Dissertation

Sirens/Cyborgs: Sound Technologies and the Musical Body

– full text available through Columbia Academic Commons ©2016 –

Abstract

This dissertation investigates the political stakes of women’s work with sound technologies engaging the body since the 1970s by drawing on frameworks and methodologies from music history, sound studies, feminist theory, performance studies, critical theory, and the history of technology. Although the body has been one of the principal subjects of new musicology since the early 1990s, its role in electronic music is still frequently shortchanged. I argue that the way we hear electro-bodily music has been shaped by extra-musical, often male-controlled contexts. I offer a critique of the gendered and racialized foundations of terminology such as “extended,” “mediated,” and “dis/embodied,” which follows these repertories. In the work of American composers Joan La Barbara, Laurie Anderson, Wendy Carlos, Laetitia Sonami, and Pamela Z, I trace performative interventions in technoscientific paradigms of the late twentieth century.

The voice is perceived as the locus of the musical body and has long been feminized in musical discourse. The first three chapters explore how this discourse is challenged by compositions featuring the processed, broadcast, and synthesized voices of women. I focus on how these works stretch the limits of traditional vocal epistemology and, in turn, engage the bodies of listeners. In the final chapter on musical performance with gesture control, I question the characterization of hand/arm gesture as a “natural” musical interface and return to the voice, now sampled and mapped onto movement. Drawing on Cyborg feminist frameworks which privilege hybridity and multiplicity, I show that the above composers audit the dominant technoscientific imaginary by constructing musical bodies that are never essentially manifested nor completely erased.

Chapter Abstracts

Chapter 1: Joan La Barbara’s Cyborg Manifesto This chapter lays the theoretical background for the dissertation, surveying perspectives on women’s performance with sound technologies and scholars’ overwhelming focus on women’s vocal performance in electronic music. I posit the changing morphology of the ancient Siren as injurious to historical attitudes to women’s vocality, and the emergence of audibly technologized Cyborg voices as coming to the Siren’s epistemological rescue. In my understanding, not only electroacoustic voices but also acoustic extended techniques constitute Cyborg vocality, in spite of the cleaving of the two in scholarship, press, and practice. I demonstrate how the work of Joan La Barbara and Pamela Z, classically trained vocalists who employ classical, extended, and processed techniques, reconciles the feminist efforts to ‘give women a voice’ and at the same time deessentialize vocality.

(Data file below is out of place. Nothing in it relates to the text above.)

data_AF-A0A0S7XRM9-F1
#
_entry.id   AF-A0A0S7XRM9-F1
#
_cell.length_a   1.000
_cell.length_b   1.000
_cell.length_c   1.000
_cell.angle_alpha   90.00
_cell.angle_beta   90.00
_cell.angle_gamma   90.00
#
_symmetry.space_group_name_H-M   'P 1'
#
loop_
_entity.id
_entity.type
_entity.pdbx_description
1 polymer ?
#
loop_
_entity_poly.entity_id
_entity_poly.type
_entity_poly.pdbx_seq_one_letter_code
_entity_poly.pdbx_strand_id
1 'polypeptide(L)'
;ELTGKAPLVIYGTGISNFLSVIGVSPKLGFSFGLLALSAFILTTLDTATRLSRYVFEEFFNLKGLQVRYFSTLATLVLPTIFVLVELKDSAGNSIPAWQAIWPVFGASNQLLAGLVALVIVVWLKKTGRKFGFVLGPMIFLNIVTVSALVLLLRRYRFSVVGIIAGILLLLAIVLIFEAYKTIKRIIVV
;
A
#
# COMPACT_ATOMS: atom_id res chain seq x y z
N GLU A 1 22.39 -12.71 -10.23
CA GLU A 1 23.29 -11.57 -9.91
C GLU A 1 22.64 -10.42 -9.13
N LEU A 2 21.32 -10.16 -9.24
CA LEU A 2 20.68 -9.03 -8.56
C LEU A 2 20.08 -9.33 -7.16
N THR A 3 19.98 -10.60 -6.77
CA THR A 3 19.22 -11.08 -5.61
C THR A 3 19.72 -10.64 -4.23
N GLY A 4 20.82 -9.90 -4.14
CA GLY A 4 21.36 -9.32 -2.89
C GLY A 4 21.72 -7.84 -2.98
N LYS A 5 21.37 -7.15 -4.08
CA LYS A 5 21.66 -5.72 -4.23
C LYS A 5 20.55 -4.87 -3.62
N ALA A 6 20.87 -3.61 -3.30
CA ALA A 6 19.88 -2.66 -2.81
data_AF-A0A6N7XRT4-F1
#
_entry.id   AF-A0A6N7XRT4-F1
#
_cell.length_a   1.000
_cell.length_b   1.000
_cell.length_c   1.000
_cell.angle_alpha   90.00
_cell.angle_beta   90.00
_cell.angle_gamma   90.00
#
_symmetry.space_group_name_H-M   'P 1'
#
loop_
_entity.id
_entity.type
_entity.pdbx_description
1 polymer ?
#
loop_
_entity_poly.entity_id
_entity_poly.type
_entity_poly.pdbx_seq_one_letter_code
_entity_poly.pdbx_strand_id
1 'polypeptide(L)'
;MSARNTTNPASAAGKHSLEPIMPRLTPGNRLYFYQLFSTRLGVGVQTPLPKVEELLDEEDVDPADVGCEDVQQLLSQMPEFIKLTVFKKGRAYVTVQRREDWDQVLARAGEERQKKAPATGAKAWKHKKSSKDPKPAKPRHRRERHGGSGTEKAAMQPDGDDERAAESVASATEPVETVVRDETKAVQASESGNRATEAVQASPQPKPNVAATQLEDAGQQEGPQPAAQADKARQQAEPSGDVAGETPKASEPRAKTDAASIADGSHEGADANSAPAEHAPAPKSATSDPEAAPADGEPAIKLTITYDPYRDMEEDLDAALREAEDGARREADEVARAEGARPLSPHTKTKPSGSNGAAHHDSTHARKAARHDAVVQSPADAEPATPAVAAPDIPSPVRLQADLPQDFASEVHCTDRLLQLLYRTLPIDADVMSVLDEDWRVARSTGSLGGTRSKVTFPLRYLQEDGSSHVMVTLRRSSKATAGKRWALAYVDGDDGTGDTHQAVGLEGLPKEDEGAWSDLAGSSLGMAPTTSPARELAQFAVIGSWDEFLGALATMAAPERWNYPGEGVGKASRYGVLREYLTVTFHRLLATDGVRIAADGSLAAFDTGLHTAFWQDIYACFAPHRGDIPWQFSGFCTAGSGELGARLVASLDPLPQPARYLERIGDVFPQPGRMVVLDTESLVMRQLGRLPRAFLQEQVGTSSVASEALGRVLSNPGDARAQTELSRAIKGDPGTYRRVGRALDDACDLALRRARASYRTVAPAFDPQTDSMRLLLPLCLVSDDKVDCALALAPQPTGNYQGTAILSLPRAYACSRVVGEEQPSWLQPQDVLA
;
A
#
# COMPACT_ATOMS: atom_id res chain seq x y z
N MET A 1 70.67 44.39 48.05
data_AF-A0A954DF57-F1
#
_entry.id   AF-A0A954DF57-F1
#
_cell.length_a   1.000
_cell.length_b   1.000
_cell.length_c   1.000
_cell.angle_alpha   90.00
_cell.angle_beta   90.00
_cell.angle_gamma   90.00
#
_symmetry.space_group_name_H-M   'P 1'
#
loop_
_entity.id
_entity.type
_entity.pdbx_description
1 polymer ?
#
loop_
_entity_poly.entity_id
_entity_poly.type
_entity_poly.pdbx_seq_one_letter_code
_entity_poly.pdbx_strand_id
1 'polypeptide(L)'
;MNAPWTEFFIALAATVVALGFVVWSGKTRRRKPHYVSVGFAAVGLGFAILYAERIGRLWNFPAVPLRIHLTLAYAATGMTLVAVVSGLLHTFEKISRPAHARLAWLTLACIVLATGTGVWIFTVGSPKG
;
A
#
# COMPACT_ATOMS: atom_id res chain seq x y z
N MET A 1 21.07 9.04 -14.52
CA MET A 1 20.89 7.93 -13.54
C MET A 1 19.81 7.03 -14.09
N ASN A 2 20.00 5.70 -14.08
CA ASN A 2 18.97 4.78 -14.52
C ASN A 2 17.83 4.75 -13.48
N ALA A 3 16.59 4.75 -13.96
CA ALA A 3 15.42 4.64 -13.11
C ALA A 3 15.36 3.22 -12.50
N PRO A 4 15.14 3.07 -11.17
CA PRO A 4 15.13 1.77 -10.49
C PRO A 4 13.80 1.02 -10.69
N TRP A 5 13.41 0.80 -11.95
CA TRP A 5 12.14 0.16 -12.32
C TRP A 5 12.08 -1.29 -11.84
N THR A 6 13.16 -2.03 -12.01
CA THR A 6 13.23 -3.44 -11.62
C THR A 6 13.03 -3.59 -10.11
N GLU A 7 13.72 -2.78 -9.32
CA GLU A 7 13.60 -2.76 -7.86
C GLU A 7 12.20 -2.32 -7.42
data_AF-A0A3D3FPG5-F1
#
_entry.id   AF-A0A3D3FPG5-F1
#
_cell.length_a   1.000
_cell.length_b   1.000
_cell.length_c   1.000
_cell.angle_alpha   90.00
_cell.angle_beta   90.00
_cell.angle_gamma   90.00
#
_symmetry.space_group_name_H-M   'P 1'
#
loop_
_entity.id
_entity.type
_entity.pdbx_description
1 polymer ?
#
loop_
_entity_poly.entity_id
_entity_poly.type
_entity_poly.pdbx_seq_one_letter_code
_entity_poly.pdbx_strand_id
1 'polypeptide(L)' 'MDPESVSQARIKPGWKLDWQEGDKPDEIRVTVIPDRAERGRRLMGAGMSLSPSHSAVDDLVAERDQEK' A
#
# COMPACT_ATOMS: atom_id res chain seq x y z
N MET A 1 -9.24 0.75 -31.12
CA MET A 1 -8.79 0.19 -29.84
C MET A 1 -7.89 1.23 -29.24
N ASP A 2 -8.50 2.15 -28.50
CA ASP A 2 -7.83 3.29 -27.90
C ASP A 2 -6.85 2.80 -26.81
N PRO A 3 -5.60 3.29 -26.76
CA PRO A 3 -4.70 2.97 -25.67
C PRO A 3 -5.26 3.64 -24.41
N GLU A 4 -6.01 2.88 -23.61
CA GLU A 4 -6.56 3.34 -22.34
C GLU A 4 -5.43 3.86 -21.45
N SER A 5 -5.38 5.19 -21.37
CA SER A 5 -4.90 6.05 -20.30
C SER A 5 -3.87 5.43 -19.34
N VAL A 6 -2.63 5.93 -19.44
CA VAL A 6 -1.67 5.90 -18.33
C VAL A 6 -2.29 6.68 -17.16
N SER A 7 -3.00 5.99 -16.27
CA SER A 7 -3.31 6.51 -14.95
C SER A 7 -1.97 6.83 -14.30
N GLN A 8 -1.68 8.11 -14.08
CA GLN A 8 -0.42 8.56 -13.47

Chapter 2: Voicemail and Anti-Mediation in the Music of Laurie Anderson Conversations about Laurie Anderson’s work with technology have been dominated by her long-time use of a pitch-shifting vocal filter. My inquiry newly situates the voice as one discrete aspect of Anderson’s broader interest in technologized aurality. Specifically, Anderson thematizes non-reciprocal listening regimes produced by sound technologies such as the answering machine, broadcast media, the intercom, telepresence, and others. I show that Anderson frequently deconstructs the aural dimension of states of exception and emergency, which blur the multiple meanings of ‘listening’ as auditory process, attention, and obedience.

Chapter 3: Queering Disembodiment: Vocal Synthesis, Wendy Carlos, and Stanley Kubrick Artificial voices are persistently heard as disembodied, a gendered category of vocality. I understand disembodiment as a fiction that stands in for the technological, bodily, and social processes that make up sounding and listening. This chapter interprets creative interventions in the gendered narrative of disembodiment by Wendy Carlos, focusing on her March from a Clockwork Orange (1971) and Stanley Kubrick in his imitation of the vocoder for the voice of HAL 9000 in 2001: A Space Odyssey (1968). I position Carlos’ synthesized version of the Ode to Joy as queer re-reading of the finale of Beethoven’s Ninth Symphony.

Chapter 4: Denaturalizing Musical Gesture: Laetitia Sonami and Pamela Z This chapter reviews early uses of gesture control in musical performance focusing on performance with kinetic and biofeedback sensor systems worn on the hand and wrist by Michel Waisvisz, Atau Tanaka, and especially Laetitia Sonami and Pamela Z. Situating composers’ interest in gesture control in juxtaposition to the button-heavy instruments of the 1980s, I interpret Sonami’s negotiations of the gestural paradigms of video gaming and sign language translation using data gloves, and Z’s use of biofeedback with regards to its medical uses. My analysis spotlights the gendered descriptions of gesture control in scholarly and popular literature as ‘natural’ and ‘embodied’ on the one hand, and ‘prosthetic’ and ‘technological’ on the other. I argue that the tension between gendered meanings in performances with gesture control is a source of musical and theatrical, sonic and scenic drama. In particular, the experimental impulse to foreground timbral elements productively deconditions the posthuman musical body.

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